An Analysis Ranks Brands of Nonprofits

New york times Cone LLC and Intangible business did an analysis of the brand value of nonprofits and found that environmental ngos that emphasize personal benefits will have the edge.  The report states, "Although individuals today can easily express their support for
the environment via recycling or shopping for more environmentally responsible products, we anticipate the organizations
that make environmental issues more tangible, with an urgent
call-to-action for both consumers and companies, will break away from
the pack and raise significant funds over the next few years."  Check out the article below and read the full report here.

Posted June 23, 2009

By Stephanie Strom , NYTimes

The Y.M.C.A. has the most valuable brand in the nonprofit field, according to an analysis by two marketing companies.

The second-most-valuable brand belongs to the Salvation Army, followed by the United Way of America.

The analysis, by the marketing firm Cone LLC and Intangible Business,
a British brand-valuation company, used financial data, projected
growth in revenues and a survey of 1,000 Americans to determine the top
100 most valuable nonprofit brand names among organizations providing
social, environmental and animal-related services.

“We hope to
show what a powerful asset a brand can be to a nonprofit, if it is
leveraged properly,” said Alison DaSilva, executive vice president of

Nonprofits like the United Way and the American Red Cross,
whose name was the fourth most valuable on Cone’s list, have made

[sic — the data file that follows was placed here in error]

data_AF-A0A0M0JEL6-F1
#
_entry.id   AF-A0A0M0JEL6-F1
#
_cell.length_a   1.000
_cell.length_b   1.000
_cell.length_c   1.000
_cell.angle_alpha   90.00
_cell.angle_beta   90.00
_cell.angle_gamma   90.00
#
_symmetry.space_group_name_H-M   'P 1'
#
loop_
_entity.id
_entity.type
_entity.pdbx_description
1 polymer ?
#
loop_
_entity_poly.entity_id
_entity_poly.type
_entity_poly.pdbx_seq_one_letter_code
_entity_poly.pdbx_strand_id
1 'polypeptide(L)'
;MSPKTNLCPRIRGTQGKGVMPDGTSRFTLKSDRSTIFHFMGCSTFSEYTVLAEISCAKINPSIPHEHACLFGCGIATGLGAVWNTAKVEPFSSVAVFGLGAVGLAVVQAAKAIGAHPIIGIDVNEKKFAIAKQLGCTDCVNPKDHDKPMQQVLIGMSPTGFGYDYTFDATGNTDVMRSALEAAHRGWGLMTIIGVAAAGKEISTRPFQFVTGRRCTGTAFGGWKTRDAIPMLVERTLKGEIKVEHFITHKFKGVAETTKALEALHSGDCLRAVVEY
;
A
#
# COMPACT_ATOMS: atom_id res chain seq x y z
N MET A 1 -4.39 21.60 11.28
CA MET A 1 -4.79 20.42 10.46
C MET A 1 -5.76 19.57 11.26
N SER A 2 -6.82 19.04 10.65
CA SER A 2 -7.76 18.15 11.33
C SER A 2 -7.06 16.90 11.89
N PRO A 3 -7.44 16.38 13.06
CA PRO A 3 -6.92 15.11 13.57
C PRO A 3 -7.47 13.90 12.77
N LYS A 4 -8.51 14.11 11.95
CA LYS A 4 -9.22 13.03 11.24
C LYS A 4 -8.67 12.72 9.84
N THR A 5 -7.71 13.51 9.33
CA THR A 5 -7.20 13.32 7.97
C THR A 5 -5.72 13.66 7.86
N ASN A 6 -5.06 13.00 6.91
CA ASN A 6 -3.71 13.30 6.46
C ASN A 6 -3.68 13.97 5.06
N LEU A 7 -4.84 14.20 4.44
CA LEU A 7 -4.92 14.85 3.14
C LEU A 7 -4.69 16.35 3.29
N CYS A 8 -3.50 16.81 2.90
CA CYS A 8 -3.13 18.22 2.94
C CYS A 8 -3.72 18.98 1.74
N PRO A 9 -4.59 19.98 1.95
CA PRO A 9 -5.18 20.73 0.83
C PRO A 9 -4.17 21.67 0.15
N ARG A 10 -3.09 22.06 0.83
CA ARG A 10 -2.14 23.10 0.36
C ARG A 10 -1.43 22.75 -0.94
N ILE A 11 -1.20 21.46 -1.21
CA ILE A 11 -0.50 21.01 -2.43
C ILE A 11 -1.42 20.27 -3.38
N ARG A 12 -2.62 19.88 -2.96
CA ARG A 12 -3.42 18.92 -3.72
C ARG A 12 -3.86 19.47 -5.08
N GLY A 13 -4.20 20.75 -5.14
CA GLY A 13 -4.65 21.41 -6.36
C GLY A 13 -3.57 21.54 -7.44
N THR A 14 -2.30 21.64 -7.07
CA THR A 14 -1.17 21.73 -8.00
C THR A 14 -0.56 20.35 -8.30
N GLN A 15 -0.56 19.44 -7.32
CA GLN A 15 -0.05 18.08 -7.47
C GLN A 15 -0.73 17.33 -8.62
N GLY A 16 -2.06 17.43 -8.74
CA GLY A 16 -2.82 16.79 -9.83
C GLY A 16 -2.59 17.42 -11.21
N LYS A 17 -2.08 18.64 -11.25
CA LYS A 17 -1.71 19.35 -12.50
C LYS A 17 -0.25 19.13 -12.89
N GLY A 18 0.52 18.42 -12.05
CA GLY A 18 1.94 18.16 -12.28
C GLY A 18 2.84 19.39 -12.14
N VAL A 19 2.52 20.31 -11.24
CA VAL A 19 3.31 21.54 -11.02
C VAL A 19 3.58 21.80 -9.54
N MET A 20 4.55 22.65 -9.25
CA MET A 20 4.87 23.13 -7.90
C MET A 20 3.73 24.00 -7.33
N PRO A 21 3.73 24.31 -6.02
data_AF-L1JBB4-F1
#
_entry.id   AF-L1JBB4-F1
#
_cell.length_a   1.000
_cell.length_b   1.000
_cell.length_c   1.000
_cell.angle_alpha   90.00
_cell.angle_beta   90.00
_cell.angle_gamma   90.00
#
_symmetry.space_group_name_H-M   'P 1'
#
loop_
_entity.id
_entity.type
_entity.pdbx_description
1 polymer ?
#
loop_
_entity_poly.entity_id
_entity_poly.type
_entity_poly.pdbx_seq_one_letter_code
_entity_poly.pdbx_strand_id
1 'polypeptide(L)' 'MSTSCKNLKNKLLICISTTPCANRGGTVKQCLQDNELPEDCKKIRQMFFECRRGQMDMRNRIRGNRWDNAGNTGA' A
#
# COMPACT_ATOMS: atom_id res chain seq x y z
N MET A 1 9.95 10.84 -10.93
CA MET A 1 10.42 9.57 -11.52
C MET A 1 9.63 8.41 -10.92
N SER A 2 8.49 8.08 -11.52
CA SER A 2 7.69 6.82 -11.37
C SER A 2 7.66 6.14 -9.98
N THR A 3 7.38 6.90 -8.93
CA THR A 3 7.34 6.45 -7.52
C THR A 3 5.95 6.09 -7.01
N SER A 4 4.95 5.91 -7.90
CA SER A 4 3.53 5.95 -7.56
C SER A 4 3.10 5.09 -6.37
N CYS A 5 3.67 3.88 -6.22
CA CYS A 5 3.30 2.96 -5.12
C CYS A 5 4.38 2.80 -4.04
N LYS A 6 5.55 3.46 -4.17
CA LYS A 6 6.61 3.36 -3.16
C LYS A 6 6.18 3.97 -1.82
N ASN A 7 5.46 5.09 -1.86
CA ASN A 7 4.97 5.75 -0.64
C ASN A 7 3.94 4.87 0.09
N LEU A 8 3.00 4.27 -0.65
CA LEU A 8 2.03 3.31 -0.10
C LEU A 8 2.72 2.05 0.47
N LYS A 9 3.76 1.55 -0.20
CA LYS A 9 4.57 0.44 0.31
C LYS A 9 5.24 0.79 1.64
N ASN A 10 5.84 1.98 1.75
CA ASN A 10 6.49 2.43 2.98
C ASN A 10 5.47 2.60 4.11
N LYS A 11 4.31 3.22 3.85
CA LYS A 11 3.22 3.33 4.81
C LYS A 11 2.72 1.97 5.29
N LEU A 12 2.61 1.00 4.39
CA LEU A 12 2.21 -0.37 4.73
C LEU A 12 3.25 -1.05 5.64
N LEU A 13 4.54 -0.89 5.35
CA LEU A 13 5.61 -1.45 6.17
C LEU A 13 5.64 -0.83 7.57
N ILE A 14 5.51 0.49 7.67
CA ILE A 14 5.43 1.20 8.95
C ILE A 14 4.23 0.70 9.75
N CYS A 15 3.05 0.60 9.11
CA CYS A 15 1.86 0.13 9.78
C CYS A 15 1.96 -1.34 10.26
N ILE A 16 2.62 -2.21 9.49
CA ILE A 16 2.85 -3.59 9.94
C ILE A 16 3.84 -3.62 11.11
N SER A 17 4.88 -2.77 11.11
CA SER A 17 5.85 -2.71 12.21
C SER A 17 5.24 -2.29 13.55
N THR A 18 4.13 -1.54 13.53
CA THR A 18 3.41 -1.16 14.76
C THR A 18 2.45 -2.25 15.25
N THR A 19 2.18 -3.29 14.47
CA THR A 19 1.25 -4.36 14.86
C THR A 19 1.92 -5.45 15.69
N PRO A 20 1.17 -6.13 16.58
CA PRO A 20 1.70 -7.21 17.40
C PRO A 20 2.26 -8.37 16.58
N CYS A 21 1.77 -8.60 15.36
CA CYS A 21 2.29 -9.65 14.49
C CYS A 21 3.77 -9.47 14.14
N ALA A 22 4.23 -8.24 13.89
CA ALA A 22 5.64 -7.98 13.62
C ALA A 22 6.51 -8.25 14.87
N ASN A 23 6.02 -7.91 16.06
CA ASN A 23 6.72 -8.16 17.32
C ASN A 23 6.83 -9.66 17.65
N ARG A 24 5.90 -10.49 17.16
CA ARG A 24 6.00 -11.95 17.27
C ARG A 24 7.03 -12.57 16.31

efforts to value their brand names in the past, but the new analysis
appears to be the first that applies the same method of measuring that
value across many different nonprofits.

The list is likely to
interest companies as well as nonprofits and donors, Ms. DaSilva said.
Businesses support nonprofits as a way of enhancing their own brands,
and nonprofits with the best brand names will have a greater halo

The analysis spotted some interesting things.
Environmental groups are the darlings of donors right now and their
revenues are among the fastest growing in the sector — but their brand
names scored lower values in the Cone research.

“They have spent
a lot of time raising awareness of the issues through things like calls
to action — put a brick in your toilet, turn out the lights — but not
for their brands,” Ms. DaSilva said.

Conversely, she said, the Make-A-Wish Foundation
enjoys widespread recognition, but its revenues do not reflect that.
“They can capitalize on the brand recognition to increase revenues,”
Ms. DaSilva said.

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